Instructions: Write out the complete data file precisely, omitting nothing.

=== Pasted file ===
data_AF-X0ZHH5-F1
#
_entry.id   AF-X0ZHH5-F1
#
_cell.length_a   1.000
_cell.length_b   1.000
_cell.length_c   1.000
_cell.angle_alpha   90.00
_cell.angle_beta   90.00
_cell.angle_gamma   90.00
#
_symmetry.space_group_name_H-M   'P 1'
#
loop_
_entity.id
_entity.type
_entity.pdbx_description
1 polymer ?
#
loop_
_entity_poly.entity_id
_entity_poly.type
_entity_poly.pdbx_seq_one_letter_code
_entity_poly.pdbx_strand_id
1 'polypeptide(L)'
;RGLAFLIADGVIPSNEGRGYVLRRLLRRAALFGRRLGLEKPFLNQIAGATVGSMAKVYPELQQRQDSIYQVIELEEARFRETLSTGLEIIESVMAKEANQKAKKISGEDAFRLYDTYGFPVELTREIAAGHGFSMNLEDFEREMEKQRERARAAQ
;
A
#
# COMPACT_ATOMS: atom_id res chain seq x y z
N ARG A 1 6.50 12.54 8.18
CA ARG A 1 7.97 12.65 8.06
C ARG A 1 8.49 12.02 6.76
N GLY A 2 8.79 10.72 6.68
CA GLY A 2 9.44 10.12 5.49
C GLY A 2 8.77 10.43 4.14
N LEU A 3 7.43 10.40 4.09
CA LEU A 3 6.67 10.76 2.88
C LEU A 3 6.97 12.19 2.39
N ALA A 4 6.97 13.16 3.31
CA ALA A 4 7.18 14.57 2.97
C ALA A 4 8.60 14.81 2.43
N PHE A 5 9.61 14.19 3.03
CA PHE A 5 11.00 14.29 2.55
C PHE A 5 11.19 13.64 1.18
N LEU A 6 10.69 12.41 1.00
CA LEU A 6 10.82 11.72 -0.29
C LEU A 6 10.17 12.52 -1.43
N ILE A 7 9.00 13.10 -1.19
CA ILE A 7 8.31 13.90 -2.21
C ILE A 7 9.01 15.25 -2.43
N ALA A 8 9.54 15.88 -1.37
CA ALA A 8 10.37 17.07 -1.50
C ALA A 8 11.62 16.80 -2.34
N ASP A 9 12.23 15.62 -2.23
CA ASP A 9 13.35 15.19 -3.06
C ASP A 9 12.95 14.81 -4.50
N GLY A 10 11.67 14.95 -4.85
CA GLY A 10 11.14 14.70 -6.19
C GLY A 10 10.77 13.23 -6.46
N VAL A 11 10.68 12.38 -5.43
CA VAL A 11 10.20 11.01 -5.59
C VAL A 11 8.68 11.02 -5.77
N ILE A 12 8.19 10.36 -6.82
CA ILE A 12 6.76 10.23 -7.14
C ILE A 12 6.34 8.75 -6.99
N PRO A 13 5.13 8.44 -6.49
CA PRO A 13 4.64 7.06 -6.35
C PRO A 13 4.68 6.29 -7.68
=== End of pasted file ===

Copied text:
data_AF-X0ZHH5-F1
#
_entry.id   AF-X0ZHH5-F1
#
_cell.length_a   1.000
_cell.length_b   1.000
_cell.length_c   1.000
_cell.angle_alpha   90.00
_cell.angle_beta   90.00
_cell.angle_gamma   90.00
#
_symmetry.space_group_name_H-M   'P 1'
#
loop_
_entity.id
_entity.type
_entity.pdbx_description
1 polymer ?
#
loop_
_entity_poly.entity_id
_entity_poly.type
_entity_poly.pdbx_seq_one_letter_code
_entity_poly.pdbx_strand_id
1 'polypeptide(L)'
;RGLAFLIADGVIPSNEGRGYVLRRLLRRAALFGRRLGLEKPFLNQIAGATVGSMAKVYPELQQRQDSIYQVIELEEARFRETLSTGLEIIESVMAKEANQKAKKISGEDAFRLYDTYGFPVELTREIAAGHGFSMNLEDFEREMEKQRERARAAQ
;
A
#
# COMPACT_ATOMS: atom_id res chain seq x y z
N ARG A 1 6.50 12.54 8.18
CA ARG A 1 7.97 12.65 8.06
C ARG A 1 8.49 12.02 6.76
N GLY A 2 8.79 10.72 6.68
CA GLY A 2 9.44 10.12 5.49
C GLY A 2 8.77 10.43 4.14
N LEU A 3 7.43 10.40 4.09
CA LEU A 3 6.67 10.76 2.88
C LEU A 3 6.97 12.19 2.39
N ALA A 4 6.97 13.16 3.31
CA ALA A 4 7.18 14.57 2.97
C ALA A 4 8.60 14.81 2.43
N PHE A 5 9.61 14.19 3.03
CA PHE A 5 11.00 14.29 2.55
C PHE A 5 11.19 13.64 1.18
N LEU A 6 10.69 12.41 1.00
CA LEU A 6 10.82 11.72 -0.29
C LEU A 6 10.17 12.52 -1.43
N ILE A 7 9.00 13.10 -1.19
CA ILE A 7 8.31 13.90 -2.21
C ILE A 7 9.01 15.25 -2.43
N ALA A 8 9.54 15.88 -1.37
CA ALA A 8 10.37 17.07 -1.50
C ALA A 8 11.62 16.80 -2.34
N ASP A 9 12.23 15.62 -2.23
CA ASP A 9 13.35 15.19 -3.06
C ASP A 9 12.95 14.81 -4.50
N GLY A 10 11.67 14.95 -4.85
CA GLY A 10 11.14 14.70 -6.19
C GLY A 10 10.77 13.23 -6.46
N VAL A 11 10.68 12.38 -5.43
CA VAL A 11 10.20 11.01 -5.59
C VAL A 11 8.68 11.02 -5.77
N ILE A 12 8.19 10.36 -6.82
CA ILE A 12 6.76 10.23 -7.14
C ILE A 12 6.34 8.75 -6.99
N PRO A 13 5.13 8.44 -6.49
CA PRO A 13 4.64 7.06 -6.35
C PRO A 13 4.68 6.29 -7.68